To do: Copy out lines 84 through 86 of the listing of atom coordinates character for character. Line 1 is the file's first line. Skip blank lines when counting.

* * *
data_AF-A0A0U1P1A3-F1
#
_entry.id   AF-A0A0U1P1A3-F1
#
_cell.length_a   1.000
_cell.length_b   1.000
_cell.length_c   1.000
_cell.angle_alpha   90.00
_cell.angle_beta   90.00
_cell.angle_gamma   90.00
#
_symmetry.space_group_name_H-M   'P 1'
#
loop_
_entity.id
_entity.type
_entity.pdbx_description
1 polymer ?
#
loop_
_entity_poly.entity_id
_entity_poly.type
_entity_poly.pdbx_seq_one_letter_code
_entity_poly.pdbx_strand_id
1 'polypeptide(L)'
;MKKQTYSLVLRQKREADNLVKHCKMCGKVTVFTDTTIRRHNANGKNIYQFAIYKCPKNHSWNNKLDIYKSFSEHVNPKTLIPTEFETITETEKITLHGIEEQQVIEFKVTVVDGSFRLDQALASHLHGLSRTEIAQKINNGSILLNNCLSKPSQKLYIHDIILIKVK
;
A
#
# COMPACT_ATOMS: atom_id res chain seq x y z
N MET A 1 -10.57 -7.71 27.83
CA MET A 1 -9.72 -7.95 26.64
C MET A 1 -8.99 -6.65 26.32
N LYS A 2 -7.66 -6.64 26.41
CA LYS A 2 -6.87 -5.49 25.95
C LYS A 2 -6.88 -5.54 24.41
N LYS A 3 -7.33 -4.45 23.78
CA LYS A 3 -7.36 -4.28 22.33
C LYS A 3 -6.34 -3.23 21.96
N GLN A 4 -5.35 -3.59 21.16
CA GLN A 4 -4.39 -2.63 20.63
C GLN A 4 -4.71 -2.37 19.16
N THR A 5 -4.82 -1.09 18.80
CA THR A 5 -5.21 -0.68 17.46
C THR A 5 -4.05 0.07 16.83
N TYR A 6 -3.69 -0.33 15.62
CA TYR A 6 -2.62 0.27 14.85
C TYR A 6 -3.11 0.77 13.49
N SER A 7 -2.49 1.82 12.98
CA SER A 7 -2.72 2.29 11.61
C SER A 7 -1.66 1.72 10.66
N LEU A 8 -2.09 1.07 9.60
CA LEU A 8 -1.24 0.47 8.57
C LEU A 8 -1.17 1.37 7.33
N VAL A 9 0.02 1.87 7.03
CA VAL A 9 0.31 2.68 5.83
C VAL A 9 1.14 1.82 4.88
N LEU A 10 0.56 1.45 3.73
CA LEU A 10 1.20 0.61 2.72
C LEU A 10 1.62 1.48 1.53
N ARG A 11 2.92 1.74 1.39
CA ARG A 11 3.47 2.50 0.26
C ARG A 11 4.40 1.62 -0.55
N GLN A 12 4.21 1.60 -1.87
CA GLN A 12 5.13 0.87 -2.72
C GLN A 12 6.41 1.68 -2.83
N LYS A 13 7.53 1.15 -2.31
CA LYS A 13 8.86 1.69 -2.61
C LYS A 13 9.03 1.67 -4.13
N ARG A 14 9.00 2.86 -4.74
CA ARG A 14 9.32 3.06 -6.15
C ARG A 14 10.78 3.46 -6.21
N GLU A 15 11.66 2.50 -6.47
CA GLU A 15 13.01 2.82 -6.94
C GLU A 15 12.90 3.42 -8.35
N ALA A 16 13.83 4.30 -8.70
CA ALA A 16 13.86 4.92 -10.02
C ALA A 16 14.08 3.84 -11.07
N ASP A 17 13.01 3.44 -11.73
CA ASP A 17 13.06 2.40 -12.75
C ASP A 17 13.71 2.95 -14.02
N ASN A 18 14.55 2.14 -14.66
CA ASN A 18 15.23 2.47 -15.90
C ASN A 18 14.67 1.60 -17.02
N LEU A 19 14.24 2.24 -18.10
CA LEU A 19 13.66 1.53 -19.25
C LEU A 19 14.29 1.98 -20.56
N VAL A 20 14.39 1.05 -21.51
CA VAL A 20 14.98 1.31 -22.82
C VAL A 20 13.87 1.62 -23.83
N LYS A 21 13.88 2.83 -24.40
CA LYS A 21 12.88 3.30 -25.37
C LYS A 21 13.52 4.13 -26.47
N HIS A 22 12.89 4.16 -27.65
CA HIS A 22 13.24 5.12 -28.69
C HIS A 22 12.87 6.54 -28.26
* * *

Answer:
C ASN A 18 14.67 1.60 -17.02
N LEU A 19 14.24 2.24 -18.10
CA LEU A 19 13.66 1.53 -19.25